DIRECT: ISSUE - Consumer magazines recognise the value of DM/Paid-for titles are keen to adopt the techniques used by contract publishers, Richard Cook writes

If imitation really is the sincerest form of flattery, then the contract publishing industry should be positively blushing at the blandishments it is starting to receive from its consumer magazine rivals.

If imitation really is the sincerest form of flattery, then the

contract publishing industry should be positively blushing at the

blandishments it is starting to receive from its consumer magazine

rivals.



For years the established, paid-for magazines have moaned that the free,

contract titles have plundered their looks and ideas. However, it seems

that the traffic is no longer one-way because, finally, the consumer

giants are starting to admit that there is at least one thing that they

can learn from the arriviste contract titles. Suddenly, everyone in

publishing wants a piece of the direct marketing skills, such as

database management and niche targeting, that have been the exclusive

preserve of the contract magazine industry for years.



Now, magazines from Good Housekeeping to Golfing Today are being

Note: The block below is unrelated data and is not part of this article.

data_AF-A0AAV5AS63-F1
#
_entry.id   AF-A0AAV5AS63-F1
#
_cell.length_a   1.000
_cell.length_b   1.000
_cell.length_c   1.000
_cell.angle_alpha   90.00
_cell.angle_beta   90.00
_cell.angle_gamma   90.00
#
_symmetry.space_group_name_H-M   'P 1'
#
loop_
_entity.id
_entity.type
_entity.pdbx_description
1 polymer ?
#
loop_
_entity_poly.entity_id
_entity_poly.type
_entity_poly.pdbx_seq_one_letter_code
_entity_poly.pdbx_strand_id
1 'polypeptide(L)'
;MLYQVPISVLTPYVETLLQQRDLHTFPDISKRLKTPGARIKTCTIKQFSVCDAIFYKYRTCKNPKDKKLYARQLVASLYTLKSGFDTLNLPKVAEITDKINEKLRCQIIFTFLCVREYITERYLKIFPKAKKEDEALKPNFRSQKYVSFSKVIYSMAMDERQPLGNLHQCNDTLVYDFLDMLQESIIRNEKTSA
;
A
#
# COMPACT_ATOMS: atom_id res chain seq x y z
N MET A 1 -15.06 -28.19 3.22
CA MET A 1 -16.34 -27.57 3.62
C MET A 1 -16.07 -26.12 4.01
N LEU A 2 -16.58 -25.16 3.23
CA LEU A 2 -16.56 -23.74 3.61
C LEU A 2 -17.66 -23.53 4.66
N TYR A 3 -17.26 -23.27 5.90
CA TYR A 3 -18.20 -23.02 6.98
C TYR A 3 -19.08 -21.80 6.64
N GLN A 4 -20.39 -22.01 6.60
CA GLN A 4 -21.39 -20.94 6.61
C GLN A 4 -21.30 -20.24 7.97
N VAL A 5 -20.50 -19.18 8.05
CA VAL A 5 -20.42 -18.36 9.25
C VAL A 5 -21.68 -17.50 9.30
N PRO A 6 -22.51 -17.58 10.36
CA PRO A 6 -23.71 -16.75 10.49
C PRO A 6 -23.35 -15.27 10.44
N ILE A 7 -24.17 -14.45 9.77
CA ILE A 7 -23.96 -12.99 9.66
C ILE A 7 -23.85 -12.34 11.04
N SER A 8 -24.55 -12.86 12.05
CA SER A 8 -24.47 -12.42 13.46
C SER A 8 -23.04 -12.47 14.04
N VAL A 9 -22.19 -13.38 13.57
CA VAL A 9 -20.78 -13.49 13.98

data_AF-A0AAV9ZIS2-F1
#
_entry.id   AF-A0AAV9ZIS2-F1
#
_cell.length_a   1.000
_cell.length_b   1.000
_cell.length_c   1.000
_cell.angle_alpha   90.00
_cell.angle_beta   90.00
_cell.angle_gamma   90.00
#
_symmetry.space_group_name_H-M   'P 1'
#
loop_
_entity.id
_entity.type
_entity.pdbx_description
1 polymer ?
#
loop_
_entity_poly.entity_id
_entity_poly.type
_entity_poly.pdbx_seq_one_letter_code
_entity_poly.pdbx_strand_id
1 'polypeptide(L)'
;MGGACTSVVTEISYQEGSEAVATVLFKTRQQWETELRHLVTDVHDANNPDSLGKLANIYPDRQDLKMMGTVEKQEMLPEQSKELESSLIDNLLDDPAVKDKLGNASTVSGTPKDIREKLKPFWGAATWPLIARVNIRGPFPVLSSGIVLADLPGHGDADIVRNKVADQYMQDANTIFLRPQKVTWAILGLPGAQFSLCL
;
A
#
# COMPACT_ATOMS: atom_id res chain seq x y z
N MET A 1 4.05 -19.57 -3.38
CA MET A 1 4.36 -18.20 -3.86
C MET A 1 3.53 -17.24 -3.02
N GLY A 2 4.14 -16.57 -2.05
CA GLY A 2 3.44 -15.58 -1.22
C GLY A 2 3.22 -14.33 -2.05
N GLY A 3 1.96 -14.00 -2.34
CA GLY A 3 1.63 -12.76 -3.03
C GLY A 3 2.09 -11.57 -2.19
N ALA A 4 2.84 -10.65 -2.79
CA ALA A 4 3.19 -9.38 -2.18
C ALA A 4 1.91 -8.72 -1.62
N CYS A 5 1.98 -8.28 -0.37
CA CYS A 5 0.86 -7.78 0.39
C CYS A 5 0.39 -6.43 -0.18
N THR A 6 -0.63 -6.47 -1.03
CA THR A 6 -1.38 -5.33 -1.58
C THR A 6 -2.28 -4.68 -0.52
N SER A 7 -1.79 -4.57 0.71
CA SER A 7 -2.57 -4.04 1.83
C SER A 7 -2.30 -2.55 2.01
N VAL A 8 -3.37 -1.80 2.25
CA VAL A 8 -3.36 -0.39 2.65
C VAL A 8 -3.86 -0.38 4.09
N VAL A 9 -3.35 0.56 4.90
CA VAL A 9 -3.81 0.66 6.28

influenced by these very skills. Contract publishers may have been the

first to make advertising agencies reach for their lexicons and dust

down a new language of integration and through-the-line advertising, but

consumer publishers are catching up fast. They too now appreciate the

value of having both a good editorial product and a powerful relational

database.



’Contract publishing has thrived largely because we have always

understood about direct marketing. Marketing managers - when they

thought about contract publishing at all - got used to thinking of it as

an adjunct to their marketing plans,’ explains William Sieghart, the

chairman of Forward, the contract publisher. ’What we say is that

clients can combine our database expertise with an editorial package

that reflects their brand personality to get the best of both worlds.

That we are in fact less of a publisher and more of an integral part of

the company’s direct marketing arm.’



The mainstream consumer press is waking up to the fact that,

increasingly, it has to think in the same terms. It too can use direct

marketing skills to attract advertisers, build circulations and plan

brand extensions.



’The fact is we already have so much information about our readers, and

so much information about their tastes and spending habits,’ explains

Anne Melbourne, the director of National Magazine Enterprises, the